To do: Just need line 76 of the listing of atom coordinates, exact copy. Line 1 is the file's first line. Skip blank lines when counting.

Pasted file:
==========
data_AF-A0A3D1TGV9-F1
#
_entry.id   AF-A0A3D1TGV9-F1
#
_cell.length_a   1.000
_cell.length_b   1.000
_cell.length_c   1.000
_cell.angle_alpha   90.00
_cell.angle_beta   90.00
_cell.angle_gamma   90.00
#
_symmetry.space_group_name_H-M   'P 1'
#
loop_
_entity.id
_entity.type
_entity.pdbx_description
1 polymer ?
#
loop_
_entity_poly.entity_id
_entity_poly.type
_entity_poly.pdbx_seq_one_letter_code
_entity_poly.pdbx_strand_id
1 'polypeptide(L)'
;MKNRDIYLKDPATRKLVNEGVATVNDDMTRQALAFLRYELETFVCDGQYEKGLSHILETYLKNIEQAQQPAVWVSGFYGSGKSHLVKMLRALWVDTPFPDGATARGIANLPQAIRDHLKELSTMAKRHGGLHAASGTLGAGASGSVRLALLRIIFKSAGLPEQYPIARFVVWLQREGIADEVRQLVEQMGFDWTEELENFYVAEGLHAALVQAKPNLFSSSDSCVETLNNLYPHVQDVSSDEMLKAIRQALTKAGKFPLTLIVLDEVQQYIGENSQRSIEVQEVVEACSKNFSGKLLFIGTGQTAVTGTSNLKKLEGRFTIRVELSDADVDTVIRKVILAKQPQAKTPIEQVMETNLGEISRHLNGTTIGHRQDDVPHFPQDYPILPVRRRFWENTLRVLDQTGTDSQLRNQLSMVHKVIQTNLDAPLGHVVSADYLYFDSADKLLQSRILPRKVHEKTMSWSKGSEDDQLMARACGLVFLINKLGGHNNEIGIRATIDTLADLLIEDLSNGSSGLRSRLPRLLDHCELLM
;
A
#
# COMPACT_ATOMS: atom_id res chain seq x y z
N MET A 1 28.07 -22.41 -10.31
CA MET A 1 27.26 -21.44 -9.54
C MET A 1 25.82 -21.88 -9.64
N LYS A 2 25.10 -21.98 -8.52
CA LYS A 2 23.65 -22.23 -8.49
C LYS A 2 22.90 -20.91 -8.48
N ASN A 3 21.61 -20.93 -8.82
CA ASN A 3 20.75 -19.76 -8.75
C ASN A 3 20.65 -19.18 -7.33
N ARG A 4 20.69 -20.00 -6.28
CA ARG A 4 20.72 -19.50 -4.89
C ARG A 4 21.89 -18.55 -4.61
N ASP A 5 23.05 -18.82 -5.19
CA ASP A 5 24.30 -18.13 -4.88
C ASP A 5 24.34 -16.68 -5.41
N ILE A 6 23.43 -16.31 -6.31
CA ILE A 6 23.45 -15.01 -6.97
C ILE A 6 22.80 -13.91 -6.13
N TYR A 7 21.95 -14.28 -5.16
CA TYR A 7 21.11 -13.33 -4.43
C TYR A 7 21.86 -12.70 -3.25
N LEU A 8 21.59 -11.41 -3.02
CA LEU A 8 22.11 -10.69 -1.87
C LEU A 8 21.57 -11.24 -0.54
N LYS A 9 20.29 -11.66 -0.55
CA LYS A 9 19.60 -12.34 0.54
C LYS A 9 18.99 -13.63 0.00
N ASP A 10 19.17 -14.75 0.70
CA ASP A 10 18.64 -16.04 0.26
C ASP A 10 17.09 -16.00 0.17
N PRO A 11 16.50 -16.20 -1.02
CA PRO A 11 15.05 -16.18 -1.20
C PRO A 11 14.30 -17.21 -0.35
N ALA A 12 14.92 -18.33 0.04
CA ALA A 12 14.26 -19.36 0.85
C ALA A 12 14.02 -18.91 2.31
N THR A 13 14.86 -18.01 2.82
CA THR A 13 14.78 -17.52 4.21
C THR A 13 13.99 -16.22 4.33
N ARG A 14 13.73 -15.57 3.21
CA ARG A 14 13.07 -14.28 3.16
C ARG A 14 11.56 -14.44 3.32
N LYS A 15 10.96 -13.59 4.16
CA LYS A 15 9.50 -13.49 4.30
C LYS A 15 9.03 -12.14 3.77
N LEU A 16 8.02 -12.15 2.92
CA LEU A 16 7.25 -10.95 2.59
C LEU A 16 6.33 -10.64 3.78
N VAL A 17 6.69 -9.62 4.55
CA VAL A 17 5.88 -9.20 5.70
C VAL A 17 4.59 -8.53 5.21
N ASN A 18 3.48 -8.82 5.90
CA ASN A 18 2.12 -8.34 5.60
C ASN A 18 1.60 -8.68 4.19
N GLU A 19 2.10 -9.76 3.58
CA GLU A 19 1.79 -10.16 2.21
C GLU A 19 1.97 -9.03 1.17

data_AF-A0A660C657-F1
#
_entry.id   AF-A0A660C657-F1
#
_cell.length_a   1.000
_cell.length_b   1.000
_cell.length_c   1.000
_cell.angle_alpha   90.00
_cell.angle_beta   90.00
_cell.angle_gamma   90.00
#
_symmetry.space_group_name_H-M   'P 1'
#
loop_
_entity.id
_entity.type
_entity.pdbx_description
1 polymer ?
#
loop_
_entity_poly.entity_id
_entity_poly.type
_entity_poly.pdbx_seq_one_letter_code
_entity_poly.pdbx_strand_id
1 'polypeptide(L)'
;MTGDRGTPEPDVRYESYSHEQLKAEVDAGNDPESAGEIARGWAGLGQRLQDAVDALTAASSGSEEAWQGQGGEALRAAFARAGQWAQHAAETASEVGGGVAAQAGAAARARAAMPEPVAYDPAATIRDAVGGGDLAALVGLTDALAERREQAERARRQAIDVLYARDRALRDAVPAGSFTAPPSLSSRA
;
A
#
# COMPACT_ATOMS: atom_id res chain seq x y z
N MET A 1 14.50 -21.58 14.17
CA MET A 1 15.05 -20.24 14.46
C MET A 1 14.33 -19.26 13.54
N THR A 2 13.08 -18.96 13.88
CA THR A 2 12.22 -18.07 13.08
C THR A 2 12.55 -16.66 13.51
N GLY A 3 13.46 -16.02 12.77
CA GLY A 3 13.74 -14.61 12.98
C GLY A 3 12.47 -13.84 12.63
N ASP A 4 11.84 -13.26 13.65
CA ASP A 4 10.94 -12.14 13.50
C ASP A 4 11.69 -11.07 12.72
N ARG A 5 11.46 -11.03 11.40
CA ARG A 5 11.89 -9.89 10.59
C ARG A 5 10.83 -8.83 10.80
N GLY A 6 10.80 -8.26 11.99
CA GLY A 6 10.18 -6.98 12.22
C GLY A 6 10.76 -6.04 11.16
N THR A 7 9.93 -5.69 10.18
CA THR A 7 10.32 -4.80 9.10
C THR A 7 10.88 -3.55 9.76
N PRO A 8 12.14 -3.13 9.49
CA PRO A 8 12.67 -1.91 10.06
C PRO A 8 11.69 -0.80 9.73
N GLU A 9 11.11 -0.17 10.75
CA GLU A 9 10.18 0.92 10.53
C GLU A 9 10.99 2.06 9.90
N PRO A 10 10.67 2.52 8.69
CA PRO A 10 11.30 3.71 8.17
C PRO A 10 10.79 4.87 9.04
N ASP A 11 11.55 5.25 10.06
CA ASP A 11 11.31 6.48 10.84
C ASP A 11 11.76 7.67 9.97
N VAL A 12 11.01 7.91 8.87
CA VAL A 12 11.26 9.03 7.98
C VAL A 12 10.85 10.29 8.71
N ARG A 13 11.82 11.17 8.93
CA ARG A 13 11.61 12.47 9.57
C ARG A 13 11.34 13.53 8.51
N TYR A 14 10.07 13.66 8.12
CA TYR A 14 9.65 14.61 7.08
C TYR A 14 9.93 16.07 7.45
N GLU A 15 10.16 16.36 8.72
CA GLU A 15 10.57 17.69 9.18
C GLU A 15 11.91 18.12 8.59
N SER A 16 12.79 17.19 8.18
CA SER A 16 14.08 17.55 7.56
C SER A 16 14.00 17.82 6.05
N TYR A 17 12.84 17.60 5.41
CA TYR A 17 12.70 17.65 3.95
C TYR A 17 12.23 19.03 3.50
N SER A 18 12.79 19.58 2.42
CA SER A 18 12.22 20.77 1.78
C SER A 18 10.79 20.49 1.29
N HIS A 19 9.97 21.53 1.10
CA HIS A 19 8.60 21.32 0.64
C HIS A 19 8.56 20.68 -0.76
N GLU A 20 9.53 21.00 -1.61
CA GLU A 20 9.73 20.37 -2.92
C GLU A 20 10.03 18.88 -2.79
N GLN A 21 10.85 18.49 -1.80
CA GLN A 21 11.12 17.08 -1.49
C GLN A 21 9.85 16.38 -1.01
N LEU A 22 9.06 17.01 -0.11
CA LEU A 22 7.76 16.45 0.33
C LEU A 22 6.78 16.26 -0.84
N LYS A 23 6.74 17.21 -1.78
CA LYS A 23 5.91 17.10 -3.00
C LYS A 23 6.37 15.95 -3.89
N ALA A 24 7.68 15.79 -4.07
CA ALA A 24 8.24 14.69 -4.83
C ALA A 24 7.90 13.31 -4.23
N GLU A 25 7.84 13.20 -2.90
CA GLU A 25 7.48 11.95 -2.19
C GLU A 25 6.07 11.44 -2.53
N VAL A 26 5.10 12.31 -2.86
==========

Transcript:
N LEU A 16 8.02 -12.15 2.92